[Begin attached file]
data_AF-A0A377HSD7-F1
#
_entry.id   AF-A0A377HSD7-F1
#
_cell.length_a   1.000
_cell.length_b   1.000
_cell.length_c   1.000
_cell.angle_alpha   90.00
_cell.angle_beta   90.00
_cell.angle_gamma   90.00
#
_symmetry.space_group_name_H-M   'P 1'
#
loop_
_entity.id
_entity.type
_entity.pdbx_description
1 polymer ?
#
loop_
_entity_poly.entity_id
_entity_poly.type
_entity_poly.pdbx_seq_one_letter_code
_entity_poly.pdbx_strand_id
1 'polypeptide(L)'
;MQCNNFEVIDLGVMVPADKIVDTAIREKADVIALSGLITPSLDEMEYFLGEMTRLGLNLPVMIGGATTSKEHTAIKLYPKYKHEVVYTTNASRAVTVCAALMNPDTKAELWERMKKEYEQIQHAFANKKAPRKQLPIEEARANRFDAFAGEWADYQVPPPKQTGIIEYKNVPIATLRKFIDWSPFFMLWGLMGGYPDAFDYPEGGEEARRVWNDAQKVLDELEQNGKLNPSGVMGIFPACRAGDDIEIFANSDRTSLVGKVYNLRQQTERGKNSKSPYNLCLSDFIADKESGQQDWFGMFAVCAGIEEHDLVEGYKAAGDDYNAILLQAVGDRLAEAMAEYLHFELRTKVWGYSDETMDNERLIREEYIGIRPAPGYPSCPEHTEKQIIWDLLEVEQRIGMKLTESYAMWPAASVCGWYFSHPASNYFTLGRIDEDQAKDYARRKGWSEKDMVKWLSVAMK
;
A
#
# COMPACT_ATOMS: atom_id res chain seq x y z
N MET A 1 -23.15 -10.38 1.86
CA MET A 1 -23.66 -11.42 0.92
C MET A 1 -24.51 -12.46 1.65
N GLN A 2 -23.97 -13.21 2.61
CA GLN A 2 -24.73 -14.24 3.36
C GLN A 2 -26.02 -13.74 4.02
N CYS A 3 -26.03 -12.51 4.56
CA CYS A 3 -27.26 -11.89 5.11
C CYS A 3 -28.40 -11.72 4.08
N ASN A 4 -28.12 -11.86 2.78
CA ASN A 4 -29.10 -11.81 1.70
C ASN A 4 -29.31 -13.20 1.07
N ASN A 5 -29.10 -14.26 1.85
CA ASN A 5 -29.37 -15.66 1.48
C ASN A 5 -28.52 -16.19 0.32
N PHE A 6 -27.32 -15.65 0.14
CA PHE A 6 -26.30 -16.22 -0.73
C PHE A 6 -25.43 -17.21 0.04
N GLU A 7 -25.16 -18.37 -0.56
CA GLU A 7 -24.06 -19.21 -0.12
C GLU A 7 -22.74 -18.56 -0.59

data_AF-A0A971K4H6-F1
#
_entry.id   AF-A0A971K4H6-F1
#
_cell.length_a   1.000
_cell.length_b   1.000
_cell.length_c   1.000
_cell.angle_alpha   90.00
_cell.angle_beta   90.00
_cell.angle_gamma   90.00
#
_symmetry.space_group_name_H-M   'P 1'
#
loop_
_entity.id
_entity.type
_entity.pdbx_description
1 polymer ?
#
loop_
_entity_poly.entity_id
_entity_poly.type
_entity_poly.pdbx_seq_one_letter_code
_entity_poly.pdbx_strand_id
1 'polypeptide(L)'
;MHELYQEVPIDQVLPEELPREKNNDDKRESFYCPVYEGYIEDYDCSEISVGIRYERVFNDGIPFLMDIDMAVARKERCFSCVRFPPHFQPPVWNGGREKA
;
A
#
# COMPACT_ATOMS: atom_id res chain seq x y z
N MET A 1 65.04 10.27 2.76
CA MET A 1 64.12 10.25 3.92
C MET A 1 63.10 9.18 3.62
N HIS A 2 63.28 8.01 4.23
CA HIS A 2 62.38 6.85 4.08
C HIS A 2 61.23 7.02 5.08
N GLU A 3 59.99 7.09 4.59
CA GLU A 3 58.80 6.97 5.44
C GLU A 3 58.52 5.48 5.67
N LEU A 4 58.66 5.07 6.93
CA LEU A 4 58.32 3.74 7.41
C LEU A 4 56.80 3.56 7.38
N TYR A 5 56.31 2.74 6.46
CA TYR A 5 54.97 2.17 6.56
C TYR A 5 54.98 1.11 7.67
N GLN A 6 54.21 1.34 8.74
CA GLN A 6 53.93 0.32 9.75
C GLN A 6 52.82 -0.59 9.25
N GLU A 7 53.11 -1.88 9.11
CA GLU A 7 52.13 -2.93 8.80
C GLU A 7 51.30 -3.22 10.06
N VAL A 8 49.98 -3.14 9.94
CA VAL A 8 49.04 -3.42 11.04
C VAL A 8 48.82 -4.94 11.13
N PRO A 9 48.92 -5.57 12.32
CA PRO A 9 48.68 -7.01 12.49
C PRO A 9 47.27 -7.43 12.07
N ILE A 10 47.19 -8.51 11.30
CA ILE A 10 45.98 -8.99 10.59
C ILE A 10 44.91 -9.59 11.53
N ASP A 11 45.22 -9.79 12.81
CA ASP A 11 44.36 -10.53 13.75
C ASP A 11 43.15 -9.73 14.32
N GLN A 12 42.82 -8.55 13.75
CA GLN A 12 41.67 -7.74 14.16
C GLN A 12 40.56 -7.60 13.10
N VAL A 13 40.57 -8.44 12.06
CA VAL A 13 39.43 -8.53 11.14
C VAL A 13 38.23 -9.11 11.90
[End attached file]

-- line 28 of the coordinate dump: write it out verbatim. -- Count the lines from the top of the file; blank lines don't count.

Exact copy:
A